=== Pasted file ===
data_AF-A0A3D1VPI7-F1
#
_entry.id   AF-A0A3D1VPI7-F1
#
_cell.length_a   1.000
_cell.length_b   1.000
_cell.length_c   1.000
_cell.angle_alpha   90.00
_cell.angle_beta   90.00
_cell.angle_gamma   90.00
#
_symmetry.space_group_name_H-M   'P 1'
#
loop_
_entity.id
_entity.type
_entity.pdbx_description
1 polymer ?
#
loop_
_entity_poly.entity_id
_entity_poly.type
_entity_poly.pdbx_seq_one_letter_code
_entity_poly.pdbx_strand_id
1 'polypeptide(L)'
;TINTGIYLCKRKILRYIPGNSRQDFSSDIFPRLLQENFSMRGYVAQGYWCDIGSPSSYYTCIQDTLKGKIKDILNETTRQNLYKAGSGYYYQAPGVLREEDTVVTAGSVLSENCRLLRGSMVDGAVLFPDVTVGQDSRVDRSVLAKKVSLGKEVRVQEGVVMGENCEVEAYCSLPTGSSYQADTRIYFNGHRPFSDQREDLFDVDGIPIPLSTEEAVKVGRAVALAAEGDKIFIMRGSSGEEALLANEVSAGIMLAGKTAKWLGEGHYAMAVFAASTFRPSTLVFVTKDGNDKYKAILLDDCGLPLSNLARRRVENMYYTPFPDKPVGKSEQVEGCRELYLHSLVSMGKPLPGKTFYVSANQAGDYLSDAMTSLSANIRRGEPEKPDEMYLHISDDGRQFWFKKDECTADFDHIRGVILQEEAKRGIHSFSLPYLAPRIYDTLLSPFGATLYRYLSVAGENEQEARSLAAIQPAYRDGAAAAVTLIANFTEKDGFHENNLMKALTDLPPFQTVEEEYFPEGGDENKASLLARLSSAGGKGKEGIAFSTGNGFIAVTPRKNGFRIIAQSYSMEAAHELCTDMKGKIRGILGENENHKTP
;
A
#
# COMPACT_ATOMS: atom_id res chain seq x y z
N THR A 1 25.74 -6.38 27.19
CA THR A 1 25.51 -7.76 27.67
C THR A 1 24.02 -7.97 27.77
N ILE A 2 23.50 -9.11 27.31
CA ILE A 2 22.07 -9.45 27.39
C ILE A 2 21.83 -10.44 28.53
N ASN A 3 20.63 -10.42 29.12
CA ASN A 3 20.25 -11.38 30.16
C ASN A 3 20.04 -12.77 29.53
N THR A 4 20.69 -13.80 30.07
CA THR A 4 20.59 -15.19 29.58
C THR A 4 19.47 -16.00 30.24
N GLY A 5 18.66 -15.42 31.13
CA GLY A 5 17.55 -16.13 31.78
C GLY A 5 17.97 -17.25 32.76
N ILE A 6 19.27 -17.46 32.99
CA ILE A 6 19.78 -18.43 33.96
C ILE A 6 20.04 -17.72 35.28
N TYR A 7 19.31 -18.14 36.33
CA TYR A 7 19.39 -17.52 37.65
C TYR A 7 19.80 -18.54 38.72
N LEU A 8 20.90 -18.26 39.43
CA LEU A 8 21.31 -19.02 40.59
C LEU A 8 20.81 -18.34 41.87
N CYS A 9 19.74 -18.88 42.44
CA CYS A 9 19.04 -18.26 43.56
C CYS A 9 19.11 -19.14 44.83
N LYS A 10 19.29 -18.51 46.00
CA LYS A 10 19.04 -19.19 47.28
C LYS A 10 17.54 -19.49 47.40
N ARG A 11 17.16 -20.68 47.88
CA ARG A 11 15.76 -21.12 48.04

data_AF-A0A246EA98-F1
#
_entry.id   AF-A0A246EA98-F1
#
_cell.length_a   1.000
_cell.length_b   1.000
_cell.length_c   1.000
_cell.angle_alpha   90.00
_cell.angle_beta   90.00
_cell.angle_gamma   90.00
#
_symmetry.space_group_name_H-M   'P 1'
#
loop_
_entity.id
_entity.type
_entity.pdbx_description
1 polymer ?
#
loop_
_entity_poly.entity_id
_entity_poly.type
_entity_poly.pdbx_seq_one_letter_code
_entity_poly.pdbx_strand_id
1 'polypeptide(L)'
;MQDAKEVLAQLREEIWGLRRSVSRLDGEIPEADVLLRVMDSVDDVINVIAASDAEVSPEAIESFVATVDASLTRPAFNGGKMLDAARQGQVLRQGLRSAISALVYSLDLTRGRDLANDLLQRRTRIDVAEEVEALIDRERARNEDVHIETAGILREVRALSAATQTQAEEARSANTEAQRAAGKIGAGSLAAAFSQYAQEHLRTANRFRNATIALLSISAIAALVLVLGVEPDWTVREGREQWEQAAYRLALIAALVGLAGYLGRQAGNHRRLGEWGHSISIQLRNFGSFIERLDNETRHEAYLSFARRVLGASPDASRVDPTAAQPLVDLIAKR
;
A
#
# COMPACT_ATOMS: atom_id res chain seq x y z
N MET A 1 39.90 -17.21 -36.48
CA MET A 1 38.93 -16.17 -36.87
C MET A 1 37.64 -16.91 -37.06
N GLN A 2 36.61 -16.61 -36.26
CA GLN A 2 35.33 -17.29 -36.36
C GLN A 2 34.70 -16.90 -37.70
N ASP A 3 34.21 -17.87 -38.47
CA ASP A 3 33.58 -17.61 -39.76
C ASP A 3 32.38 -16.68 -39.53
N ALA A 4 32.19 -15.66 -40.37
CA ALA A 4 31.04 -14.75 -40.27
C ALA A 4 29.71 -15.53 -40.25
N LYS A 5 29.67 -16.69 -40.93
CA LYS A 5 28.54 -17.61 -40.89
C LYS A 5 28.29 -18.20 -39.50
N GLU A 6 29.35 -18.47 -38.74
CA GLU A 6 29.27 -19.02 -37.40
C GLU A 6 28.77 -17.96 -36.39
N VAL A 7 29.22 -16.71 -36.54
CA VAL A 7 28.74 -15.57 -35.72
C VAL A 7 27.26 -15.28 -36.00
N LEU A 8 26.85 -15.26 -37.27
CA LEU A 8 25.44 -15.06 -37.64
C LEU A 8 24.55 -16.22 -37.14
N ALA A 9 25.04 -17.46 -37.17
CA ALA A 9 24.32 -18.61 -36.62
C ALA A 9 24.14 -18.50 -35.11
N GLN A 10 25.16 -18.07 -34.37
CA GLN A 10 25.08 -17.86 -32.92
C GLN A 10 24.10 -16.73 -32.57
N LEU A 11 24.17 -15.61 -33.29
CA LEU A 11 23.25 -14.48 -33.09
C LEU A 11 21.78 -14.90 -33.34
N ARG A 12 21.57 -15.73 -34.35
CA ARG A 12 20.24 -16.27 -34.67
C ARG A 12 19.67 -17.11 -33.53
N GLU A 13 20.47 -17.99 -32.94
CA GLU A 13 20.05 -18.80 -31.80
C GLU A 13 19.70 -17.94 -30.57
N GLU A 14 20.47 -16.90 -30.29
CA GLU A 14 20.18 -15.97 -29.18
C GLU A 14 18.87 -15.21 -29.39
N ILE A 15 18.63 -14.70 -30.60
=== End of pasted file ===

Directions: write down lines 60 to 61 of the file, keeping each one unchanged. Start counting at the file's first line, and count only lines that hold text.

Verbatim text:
C LYS A 10 17.54 -19.49 47.40
N ARG A 11 17.16 -20.68 47.88